Following on from the recent sighting in Essex, I checked my records for the Minsmere bird which I saw 23/12/2001. I had seen on the 'net that this record had been accepted onto Cat A but I couldn't find it on the BBRC site. I contacted Nigel Hudson who kindly replied with this message.
"Fair cop. The British Birds magazine web-site is about to be updated and we (BBRC) will be following a few months later. As such it is not getting updated on such things as those lists you reference.
But the 2009 BBRC report due out in a week in British Birds, and as the extract sent to you in the last email, will clarify the position and mentions the Minsmere bird"
Baikal Teal Anas formosa (1, 2, 0)
2002 Oxfordshire Dix Pit, Stanton Harcourt, male, 22nd–24th December, photo (S. Thomson
2001 Suffolk Minsmere, first-winter male, 18th November to 29th December, photo (P. Green,
W. T. S. Miles et al.); see Brit. Birds 95: 524, now on Category A.
After a long and chequered history, this species finds itself once again on the British List. A recent
review of the status of Baikal Teal was initiated by BOURC on the basis of evidence for natural
vagrancy in Denmark, based upon the analysis of stable-hydrogen isotopes (Fox et al. 2007).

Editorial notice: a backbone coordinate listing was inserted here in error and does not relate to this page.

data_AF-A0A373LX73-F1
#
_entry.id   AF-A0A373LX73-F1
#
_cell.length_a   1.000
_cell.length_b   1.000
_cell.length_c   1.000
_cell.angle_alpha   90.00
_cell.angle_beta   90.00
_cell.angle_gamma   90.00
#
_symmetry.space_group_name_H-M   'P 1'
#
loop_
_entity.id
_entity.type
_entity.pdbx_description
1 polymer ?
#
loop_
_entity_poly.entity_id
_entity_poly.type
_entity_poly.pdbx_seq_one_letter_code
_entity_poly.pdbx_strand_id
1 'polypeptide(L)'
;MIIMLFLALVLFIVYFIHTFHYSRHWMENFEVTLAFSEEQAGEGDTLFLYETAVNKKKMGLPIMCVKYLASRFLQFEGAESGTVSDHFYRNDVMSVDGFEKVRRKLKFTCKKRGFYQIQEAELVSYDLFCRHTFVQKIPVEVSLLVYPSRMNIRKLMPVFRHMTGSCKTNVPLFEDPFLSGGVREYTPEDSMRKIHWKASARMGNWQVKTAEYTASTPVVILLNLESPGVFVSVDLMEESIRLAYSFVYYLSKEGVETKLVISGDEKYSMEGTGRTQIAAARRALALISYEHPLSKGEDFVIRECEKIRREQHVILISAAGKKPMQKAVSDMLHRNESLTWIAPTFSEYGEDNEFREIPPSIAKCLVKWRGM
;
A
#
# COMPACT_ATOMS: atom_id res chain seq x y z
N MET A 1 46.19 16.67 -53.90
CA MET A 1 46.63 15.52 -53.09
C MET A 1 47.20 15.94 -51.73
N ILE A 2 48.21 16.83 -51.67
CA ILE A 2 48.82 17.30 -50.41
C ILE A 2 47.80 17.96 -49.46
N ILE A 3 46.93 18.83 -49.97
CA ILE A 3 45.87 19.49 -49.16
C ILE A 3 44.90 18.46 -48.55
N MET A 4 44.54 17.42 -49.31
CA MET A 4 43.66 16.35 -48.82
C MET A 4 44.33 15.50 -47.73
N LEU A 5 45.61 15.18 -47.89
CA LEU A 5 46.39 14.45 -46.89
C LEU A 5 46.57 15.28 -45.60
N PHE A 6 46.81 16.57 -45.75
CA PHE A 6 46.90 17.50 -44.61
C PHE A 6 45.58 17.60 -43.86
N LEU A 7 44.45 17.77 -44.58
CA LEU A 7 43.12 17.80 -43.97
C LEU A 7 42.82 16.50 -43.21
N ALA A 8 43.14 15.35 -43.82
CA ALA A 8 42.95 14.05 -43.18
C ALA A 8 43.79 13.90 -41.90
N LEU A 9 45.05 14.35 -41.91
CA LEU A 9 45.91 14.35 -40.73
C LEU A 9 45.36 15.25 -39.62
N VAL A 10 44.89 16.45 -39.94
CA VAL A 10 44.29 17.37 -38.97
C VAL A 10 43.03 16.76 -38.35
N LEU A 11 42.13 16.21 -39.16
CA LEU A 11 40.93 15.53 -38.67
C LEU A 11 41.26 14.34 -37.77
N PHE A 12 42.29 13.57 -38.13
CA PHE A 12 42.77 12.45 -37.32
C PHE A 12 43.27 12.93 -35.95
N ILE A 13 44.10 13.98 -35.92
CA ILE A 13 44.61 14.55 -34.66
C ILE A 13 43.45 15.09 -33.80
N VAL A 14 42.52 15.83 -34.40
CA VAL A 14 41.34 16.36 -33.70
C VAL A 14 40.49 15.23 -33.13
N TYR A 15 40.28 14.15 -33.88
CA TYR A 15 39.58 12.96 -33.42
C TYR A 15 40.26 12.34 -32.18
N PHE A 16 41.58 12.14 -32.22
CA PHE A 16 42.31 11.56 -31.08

Another analysis of stable-hydrogen isotopes, this time of feathers from a first-winter male Baikal
Teal shot in Essex in 1906, yielded very similar results to those from the bird collected in
Denmark, strongly suggesting natural vagrancy (Votier et al. 2009). This, together with an investigation
of the captive status of Baikal Teal during the late nineteenth and early twentieth centuries,
and the age and moult cycle of the Essex specimen, meant that it was accepted as the first
for Britain (Harrop & McGowan 2009). Following on from these results, the first-winter male at
Minsmere, Suffolk, in 2001, at a suitable location and excellent time of the year, was then
accepted onto Category A of the British List, while the Oxfordshire bird in 2002 also turned up at
an expected time of year and with no indication of captive origin.
(Breeds E Siberia from Yenisey River E to Anadyr & Kamchatka, N to 70ºN.Winters South Korea & lower Yangtze
River, China, with small numbers regular in E & S Japan.)